The Week that Was…

 

captain-britain-get-to-know-marvel-s-potential-new-tv-star-903643.jpg Captian Britain taken from: http://moviepilot.com/posts/3834327

Wow. What a week. Britain is not meant to be an exciting country but this last week it definitely was. I have been trying to collect my thoughts. Here they are…(please note this was written before Boris Johnson ducked out of the Tory leadership )

Lots of people are worried that the Tories are rubbing their hands with glee, desperate to get their hands on the powers coming back from Brussels so they can get on with oppressing everyone, unrestrained by Europe. Actually this is the reverse of the truth. The Tories are not planning to get out, but to engineer a way back in. They are trying to find a way to do what politicians do best: compromise. Days after the vote, they were already rowing back from some of the claims made in the campaign. Like David Cameron, Boris Johnson is Pro-EU and always has been. This may explain the strangely long Conservative Leadership election that is now under way. This is presumably to give them enough time to delay invoking Article 50 while they figure out what the hell to do.

 

Even by their own standards, the incompetence of the Tories has been staggering over this referendum. Everybody knows that Boris Johnson is only doing this for political advantage, yet he and Michael Gove arrogantly assumed they could control the result and use it to launch a leadership bid. How wrong they were, and judging by their ashen faces and sheepish demeanour on the Friday morning after the vote, they knew it. They did not expect Cameron to use his resignation against them.

 

So anyway – the point is, Boris never wanted to leave the EU and is now trying to delay invoking Article 50, which would start the leaving process and make it irreversible too. By an interesting contrast, Jeremy Corbyn has said that Article 50 should be triggered immediately in order to honour the wishes of the electorate. This may explain the current civil war in that party, as his MPs know he is pro-Brexit and are desperate to stop him. In short – and in order to heap even more confusion on the issue – if you want to stay in the EU you need to vote for Boris Johnson. Which is something to think about. If you vote for Jeremy Corbyn he will not frustrate the exit process at all.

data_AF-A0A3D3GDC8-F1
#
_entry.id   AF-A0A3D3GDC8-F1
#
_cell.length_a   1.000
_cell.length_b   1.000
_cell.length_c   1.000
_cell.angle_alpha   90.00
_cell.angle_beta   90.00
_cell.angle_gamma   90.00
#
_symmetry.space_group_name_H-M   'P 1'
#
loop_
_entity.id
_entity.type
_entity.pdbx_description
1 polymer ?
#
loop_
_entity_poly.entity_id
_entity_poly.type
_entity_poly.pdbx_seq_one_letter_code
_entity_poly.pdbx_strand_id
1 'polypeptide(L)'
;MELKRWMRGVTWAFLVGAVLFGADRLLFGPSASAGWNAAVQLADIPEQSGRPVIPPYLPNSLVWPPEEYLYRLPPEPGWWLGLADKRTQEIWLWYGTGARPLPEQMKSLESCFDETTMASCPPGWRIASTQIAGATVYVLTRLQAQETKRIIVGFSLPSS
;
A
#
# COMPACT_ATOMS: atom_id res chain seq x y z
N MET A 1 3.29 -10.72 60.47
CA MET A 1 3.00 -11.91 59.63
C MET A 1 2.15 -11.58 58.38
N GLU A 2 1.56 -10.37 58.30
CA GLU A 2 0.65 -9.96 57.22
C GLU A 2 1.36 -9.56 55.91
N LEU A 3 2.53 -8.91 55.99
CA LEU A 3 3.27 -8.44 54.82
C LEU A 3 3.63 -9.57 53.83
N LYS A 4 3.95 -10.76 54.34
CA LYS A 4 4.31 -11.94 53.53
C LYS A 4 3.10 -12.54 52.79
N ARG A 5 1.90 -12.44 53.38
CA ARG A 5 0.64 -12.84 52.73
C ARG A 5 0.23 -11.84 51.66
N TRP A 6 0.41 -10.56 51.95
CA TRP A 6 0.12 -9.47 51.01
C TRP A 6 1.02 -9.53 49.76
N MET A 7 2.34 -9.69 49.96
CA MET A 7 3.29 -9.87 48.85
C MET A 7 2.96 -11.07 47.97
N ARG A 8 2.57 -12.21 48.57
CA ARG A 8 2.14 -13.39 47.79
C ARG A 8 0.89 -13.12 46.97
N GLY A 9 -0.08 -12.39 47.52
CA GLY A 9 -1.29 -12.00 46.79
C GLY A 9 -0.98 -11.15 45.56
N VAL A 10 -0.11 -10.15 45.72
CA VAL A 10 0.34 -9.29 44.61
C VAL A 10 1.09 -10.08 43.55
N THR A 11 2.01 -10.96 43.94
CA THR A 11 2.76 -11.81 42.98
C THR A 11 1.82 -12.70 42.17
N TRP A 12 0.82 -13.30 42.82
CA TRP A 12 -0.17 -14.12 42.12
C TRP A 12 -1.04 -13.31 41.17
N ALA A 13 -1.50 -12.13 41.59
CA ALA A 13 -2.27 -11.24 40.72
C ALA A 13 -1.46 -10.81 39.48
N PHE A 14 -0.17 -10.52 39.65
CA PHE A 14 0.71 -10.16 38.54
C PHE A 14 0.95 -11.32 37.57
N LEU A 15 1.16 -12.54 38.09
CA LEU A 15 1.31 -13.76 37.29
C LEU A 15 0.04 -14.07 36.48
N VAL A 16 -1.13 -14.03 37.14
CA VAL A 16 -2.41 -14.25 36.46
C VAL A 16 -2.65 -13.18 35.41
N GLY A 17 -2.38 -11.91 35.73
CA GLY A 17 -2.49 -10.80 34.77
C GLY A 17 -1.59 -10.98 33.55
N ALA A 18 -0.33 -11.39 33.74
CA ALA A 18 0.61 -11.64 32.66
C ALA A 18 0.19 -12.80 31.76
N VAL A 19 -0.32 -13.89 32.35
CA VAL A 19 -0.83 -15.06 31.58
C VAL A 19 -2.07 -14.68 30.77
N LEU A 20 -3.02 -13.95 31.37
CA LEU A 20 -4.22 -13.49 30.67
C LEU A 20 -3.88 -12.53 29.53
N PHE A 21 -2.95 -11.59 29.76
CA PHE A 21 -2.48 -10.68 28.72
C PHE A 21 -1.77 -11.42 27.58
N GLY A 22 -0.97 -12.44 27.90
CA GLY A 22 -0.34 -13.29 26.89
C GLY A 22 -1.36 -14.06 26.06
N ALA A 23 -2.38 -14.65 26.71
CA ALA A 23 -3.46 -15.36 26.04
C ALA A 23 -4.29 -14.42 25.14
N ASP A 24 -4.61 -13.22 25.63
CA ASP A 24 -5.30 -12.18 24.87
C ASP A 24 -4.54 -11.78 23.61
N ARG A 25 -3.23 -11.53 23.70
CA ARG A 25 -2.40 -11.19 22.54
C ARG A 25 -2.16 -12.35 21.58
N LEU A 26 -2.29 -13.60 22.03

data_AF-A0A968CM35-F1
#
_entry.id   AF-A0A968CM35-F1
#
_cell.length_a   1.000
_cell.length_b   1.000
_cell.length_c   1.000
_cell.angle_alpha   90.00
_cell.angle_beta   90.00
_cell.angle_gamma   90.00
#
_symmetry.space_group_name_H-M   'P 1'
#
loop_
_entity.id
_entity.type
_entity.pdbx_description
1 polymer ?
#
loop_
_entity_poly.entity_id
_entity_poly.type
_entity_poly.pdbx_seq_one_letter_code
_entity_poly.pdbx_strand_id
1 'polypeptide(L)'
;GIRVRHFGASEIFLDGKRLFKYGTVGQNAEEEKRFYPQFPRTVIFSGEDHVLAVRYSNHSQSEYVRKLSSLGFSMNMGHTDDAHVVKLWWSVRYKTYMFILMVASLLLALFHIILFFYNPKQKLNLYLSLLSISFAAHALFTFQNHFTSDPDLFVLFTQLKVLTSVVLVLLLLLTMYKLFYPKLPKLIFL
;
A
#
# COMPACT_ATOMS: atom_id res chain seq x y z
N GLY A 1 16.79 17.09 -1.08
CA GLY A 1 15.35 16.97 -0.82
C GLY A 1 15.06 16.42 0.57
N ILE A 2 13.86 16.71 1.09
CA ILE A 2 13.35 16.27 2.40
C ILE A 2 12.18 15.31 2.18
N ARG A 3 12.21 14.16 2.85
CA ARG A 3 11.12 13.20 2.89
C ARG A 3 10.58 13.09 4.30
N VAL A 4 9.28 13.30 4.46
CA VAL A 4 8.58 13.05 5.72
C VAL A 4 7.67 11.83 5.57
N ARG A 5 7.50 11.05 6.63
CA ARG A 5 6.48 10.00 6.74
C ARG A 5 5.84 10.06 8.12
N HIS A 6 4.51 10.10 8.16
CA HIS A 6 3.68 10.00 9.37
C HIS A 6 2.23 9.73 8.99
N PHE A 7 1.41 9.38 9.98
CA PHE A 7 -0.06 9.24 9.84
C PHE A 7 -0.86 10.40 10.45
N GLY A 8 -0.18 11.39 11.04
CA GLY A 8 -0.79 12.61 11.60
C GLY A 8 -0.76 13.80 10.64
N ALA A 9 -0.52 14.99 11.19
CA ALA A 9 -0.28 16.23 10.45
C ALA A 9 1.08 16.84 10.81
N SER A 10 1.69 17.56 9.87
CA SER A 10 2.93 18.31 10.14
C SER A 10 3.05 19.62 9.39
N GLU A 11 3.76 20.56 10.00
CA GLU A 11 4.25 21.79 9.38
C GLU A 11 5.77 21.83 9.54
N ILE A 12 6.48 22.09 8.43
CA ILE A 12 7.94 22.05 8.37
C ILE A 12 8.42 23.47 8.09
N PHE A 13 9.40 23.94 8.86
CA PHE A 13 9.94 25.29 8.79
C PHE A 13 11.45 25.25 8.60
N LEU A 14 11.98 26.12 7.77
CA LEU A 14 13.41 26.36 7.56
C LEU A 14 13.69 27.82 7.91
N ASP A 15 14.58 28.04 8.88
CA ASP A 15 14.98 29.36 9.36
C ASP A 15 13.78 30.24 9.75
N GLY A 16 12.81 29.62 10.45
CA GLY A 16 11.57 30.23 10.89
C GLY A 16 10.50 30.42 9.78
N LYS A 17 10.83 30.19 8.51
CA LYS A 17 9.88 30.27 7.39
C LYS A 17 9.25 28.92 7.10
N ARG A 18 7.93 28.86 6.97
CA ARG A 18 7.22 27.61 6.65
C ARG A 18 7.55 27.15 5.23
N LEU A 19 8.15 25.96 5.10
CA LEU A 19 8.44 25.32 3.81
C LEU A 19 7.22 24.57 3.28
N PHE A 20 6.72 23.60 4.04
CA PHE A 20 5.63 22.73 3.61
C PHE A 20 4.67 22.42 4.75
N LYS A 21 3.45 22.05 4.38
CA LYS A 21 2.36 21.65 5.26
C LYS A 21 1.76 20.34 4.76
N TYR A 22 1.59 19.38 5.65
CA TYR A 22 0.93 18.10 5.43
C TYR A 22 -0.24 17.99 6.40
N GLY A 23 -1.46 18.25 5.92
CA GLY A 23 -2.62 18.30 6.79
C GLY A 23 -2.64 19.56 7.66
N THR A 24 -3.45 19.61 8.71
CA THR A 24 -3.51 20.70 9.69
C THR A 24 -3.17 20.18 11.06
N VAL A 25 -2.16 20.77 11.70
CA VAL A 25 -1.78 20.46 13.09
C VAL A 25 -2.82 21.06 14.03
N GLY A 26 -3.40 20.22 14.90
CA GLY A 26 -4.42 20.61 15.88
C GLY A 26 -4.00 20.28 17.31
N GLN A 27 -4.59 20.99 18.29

From this standpoint Brexit looks very unlikely. The Leave Tories will hope to delay the process for as long as possible, swamping it in compromise and manoeuvre, and hope the voters don’t realize what’s going on. To Remainers, this should come as a weird crumb of comfort. We may never leave the European Union at all. So there may be good news for both sides. What will probably emerge in the negotiations is a fudge, where neither side will get what they want, but it may relieve Remainers who can’t stand the idea of leaving. For the Leavers, we can be proud that we may well have started the domino effect that collapses or at least fundamentally changes the EU. After this there will be more disintegration than integration. Perhaps the EU leaders will realize that the organization will have to be democratized or face annihilation. I can see a reduced EU with fewer countries, no longer expansionist but simply doing what it was supposed to do – make peace. The EU is now in the position that the British Empire was after the Second World War, or the Soviet Union after the fall of the Berlin Wall. After those seismic events, there was little point in trying to hold on to power. The game was up. Perhaps they will see that the best thing now is simply to let go gradually, and allow the member states to regain power democratically. However, judging by their previous behaviour this seems unlikely.

We rejected the economic fascism of the EU. We stood up to a bully. We drew attention to the woeful state this country is in and forced the government to take notice. We sent a powerful message around the world that democracy can work. Britain, pretty much a dead culture, showed that it still has some life in it.

What’s more, the current turmoil of the Labour party shows that the Blairites are panicking, and the fallout may redraw the political map in a way that represents the real political divide in this country. So there is cause for optimism among the gloom.

 

There may be something in the legacy of this vote that will be of mutual interest to both Leavers and Remainers. If Jeremy Corbyn were to win a general election, we may have the best of both worlds. While its pretty clear that he would invoke Article 50, he would also stay true to the values that he espouses. The ones that the EU purports to believe in. Human rights, workers rights, environmental protection, equality and diversity; these are all things which the EU has been taking credit for, but doesn’t support. Imagine Corbyn’s Britain where he takes us out of the EU, and starts implementing policies that Remainers will love (ie abolishing Zero Hour contracts). It’s just a shame that he’s so unelectable, which means we obviously can’t vote for him.

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